Which until now was woefully naked and lacking in cargo space:
I mean everybody knows a Rivendell is supposed to have lots of baskets as well as all sorts of accessories and reflective swatches lashed to it. And while I’ve been trying to keep the Homer pared down because I enjoy its simple nature, it became clear to me during my summer vacation that I needed some sort of vessel for carrying extra layers and foodstuffs without having to keep them on my actual person.
Wait, “installed?” Isn’t the BagBoy just a giant saddlebag that goes on in this fashion?
Well, yes…or at least that’s what I was anticipating when I ordered the bag awhile back. However, as it happens, in my case the bottom of this voluminous bag was hitting the rear tire, thus necessitating a rack for support. So I ordered this one from Rivendell, and it finally arrived the other day along with the Clem:
Since I come from a Fredly background, I have very little rack installation experience. In fact, the only racks I’ve ever owned are the cheap adjustable ones you bolt onto your beater bike, which take maybe 10 minutes to install. So this being my first fancy rack, I made sure to watch Rivendell’s instructional video:
Alas, my own experience was considerably less groovy, which I attribute mostly to my own ineptitude. In addition, I was installing the rack on the rear and not the front, which meant I had to work out myself the most efficacious way of mounting it on the Homer as opposed to just copying the video. To that end, Rivendell were kind enough to include an assortment of stays in different lengths so I could get the optimal fit. This presented something of a logic problem for my feeble brain. However, in the end I think I did okay:
And everything seems to line up pretty nicely:
I figure as long as that looping backstop thingy is roughly aligned with the seatpost then how bad could it be?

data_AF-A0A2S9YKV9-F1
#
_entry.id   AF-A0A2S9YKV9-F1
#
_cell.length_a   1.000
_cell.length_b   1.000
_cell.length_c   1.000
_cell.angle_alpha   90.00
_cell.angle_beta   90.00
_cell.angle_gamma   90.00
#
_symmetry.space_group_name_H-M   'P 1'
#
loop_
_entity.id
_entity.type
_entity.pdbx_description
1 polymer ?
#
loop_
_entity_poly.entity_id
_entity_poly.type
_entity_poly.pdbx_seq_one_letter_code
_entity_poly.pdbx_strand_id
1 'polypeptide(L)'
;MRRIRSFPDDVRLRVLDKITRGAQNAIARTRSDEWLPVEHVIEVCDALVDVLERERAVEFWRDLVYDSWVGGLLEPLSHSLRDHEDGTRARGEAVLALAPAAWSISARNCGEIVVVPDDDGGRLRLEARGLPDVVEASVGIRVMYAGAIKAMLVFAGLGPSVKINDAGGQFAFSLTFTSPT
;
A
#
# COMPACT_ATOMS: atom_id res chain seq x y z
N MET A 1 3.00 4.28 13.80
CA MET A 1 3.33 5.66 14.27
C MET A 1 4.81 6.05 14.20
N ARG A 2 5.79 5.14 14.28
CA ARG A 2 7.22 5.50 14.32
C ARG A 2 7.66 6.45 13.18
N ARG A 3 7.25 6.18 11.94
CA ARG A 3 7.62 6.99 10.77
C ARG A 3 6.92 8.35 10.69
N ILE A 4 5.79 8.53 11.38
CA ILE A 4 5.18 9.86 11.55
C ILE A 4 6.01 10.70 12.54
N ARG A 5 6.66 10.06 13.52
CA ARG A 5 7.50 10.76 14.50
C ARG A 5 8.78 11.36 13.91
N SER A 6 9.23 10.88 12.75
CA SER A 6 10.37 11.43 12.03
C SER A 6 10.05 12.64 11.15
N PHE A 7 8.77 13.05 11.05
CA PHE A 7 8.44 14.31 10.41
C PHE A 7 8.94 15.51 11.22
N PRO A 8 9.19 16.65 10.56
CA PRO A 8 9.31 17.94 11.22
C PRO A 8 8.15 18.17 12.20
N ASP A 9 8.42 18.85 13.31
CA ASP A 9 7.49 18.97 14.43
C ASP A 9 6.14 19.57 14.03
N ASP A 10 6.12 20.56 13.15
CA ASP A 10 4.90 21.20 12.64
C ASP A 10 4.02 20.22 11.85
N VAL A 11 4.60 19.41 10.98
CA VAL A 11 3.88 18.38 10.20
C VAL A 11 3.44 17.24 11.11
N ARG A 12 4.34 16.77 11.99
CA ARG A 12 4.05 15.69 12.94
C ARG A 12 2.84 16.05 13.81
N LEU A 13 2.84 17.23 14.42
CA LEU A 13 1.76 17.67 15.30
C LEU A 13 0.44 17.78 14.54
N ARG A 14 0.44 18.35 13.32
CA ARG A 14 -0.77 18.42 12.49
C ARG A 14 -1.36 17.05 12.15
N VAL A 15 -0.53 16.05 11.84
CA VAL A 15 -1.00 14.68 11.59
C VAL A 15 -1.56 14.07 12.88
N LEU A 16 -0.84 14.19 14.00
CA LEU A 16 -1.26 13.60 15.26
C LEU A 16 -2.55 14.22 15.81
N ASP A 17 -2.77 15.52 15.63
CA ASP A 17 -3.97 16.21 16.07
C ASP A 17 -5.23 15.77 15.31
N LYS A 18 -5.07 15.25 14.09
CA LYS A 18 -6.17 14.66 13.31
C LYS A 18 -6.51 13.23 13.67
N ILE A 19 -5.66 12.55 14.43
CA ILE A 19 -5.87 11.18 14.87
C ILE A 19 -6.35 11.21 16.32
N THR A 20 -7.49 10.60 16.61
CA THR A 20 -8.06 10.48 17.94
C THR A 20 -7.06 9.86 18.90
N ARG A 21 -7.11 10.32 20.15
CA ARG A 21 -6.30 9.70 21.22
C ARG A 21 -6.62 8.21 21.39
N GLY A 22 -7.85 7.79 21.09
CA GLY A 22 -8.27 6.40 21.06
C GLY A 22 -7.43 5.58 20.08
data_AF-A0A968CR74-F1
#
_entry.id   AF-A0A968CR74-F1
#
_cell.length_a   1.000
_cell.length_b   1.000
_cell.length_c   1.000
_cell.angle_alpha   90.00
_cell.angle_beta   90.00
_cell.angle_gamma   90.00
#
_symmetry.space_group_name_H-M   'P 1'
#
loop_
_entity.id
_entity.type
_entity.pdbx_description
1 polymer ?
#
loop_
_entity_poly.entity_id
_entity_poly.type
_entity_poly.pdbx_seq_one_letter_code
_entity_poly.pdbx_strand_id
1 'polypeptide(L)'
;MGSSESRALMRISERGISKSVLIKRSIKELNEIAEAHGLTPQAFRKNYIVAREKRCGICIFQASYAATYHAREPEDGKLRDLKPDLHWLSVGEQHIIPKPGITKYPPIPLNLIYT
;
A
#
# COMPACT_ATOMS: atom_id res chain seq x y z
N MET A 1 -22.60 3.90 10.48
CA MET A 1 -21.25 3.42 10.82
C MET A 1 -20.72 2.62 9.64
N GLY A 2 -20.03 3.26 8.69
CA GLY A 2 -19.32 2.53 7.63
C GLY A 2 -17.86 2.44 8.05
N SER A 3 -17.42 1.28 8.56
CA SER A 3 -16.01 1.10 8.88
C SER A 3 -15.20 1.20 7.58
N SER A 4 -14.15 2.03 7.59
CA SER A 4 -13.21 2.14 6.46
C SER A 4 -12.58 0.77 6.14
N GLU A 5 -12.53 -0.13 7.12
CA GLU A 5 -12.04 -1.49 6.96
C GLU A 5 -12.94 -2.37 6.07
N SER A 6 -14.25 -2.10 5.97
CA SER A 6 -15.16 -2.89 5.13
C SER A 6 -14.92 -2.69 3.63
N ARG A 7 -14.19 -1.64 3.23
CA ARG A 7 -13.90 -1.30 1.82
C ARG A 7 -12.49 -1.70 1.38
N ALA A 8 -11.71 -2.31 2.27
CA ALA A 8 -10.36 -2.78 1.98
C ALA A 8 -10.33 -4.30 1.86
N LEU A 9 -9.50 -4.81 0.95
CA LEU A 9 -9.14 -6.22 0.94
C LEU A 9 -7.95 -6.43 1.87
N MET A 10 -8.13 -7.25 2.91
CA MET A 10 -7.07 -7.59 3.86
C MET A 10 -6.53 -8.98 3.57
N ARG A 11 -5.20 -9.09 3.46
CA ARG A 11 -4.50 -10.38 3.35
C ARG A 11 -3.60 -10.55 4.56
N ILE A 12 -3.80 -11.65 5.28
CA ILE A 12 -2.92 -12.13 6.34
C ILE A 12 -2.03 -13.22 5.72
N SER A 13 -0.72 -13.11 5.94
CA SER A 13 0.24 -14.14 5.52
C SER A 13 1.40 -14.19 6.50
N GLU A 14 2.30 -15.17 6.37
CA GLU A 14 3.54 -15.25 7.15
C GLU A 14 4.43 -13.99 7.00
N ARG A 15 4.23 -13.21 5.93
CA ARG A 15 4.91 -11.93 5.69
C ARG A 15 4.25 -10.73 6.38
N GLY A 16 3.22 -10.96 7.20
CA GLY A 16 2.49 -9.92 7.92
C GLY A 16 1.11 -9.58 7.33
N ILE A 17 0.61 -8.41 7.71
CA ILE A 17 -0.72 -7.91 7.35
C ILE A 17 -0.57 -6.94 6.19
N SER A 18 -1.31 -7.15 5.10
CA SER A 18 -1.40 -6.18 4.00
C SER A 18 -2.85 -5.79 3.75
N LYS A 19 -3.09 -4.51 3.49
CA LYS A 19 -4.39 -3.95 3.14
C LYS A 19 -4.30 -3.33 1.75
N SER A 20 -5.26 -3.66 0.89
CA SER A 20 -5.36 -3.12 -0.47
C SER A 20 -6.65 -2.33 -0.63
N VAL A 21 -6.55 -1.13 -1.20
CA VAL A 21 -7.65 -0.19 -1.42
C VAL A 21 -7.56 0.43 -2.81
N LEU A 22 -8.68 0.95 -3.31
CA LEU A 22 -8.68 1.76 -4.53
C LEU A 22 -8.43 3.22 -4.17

In mounting the rack, I had to make sure the stays cleared the brake caliper, while at the same time taking pains to position the rack so it would work well with the size of the bag. All of this took patience, and trial-and-error with the different-length stays, and the bending of said stays, and repeated mock-ups with the bag strapped to the bike so I could mark the stays for cutting. Then, after marking the stays, I realized I’d accounted for the brake caliper, but not for the brake caliper when it’s opened (imagine going to remove your rear wheel only to find out you can’t because your rack won’t let your brake caliper open), so I had to correct for that and mock it up all over again. Note the clearance between the stay and the cable adjuster when the brake is in the open position:
Here’s a better view:
It occurs to me now that if the adjuster were unscrewed a few more turns it might still hit the stay when the brake is open, but I’m going to choose not to think about that, and anyway screwing it back in a few turns if that does happen is no big deal.
As for cutting the stays, I should point out that I live in an apartment building, and as such I do not have ready access to a vise. Furthermore, it is virtually impossible to cut a small piece of metal with a hacksaw if you don’t have some sort of vice. Therefore, I did something highly inadvisable, which was to take a Dremel to them. It took two or three of those delicate little cutting wheels, and it was about as elegant as dismembering a body, but in the end I got it done, and I think the bag sits on the rack quite nicely:
Here’s a look from the rear:
Note that if you get close enough to me you can grab the strap and skitch:
I’m looking at you, Lucas Brunelle:
Brunelle should totally do a video about skitching off retrogrouches on Rivendells. Maybe he could do it while riding a Rivendell himself. He’s getting up there in years, and it’s high time he makes the switch from adrenaline to beeswax.
Anyway, once I’d snugged up the bolts on the rack and strapped on the bag I headed out for a ride:
After about an hour I started getting a little warm, and so I stopped in a suitably photogenic location:
Then came the moment of truth: I opened the bag and put my flannel shirt in it!
I’m pleased to report that not only did the flannel fit inside the bag, but the rack also supported its considerable weight for the remainder of the ride. While this is clearly a testament to my mechanical skills, I must also credit the equipment, and given the sartorial tendencies of Rivendell riders it’s hardly surprising that their accessories are so compatible with flannel garments. Furthermore, the only fabric Rivendell riders like more than flannel is wool, and did you know that the BagBoy is lined with cedar for exactly this reason?
Just kidding, everyone knows Rivendell sell MUSA mothballs for that. Never go bikepacking without them.
But yes, now that my Rivendell finally has both a bag and a rack I feel that much closer to my self-actualization as a recovering Fred and trying-too-hard-to-be-laid-back laid back rider:
And I look forward to a fall riding season full of impromptu wardrobe changes before scenic autumnal backdrops:
I wonder how many changes of shoes I can fit in there…